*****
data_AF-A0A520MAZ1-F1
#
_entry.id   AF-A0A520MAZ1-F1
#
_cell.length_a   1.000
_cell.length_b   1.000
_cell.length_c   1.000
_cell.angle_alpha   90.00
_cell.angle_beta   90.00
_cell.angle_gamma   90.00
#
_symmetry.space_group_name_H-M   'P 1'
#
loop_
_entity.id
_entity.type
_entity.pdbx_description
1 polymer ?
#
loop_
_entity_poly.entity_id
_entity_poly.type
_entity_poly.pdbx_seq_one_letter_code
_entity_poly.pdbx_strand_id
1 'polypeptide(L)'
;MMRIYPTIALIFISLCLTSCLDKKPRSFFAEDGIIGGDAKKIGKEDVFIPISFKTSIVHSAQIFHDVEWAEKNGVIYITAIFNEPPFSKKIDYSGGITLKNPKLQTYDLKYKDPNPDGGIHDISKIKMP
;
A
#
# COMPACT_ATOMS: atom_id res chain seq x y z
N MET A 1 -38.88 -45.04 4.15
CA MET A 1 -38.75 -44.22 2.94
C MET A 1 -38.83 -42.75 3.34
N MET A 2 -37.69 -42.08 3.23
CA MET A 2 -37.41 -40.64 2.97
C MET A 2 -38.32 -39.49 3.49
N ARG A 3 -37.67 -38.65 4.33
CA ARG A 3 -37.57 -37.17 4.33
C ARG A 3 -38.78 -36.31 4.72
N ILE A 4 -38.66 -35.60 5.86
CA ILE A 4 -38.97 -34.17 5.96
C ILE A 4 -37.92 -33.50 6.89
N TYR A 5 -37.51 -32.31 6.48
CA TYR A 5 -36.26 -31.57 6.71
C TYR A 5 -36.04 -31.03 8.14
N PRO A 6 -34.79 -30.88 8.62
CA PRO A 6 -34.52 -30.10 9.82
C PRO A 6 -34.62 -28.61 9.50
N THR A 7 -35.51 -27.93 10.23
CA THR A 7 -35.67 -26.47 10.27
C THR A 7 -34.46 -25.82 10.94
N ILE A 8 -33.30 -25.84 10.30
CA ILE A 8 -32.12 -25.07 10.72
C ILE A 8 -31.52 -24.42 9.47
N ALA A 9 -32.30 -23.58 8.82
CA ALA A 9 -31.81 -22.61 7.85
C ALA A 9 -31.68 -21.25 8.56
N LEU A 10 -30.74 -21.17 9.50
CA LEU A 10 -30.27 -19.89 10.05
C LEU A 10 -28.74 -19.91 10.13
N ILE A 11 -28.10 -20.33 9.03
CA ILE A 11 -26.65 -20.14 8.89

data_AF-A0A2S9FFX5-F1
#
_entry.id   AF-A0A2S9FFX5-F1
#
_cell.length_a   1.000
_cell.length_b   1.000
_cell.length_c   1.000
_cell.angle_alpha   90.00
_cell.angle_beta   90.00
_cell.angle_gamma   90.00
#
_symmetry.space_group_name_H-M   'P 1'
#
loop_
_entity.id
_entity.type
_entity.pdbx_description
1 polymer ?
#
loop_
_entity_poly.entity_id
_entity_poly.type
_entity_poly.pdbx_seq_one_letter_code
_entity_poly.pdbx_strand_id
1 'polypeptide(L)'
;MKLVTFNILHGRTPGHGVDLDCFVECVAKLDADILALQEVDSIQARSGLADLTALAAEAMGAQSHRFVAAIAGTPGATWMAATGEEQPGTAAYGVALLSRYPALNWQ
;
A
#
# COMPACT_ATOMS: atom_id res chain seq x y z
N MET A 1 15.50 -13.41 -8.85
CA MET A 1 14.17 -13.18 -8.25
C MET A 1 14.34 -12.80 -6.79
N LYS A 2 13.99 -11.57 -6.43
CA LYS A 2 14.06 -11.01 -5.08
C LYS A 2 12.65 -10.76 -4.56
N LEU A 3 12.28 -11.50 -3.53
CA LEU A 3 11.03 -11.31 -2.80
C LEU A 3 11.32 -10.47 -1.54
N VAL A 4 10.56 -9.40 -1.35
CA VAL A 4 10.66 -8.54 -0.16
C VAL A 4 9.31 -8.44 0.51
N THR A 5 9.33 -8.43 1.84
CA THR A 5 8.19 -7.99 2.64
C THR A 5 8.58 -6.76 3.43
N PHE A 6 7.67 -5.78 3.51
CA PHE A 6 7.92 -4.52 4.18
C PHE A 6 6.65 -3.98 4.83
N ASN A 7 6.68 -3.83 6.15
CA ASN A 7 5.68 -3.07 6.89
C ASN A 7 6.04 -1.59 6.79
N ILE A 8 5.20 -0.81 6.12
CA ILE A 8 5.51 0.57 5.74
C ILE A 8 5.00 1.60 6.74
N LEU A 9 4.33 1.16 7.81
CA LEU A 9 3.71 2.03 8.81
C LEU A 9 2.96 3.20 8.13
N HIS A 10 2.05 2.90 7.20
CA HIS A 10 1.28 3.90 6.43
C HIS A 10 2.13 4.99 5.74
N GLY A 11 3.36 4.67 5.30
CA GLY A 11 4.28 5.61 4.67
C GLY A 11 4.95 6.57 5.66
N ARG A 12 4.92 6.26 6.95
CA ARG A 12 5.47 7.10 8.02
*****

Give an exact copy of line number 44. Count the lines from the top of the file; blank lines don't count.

CA TYR A 5 -36.26 -31.57 6.71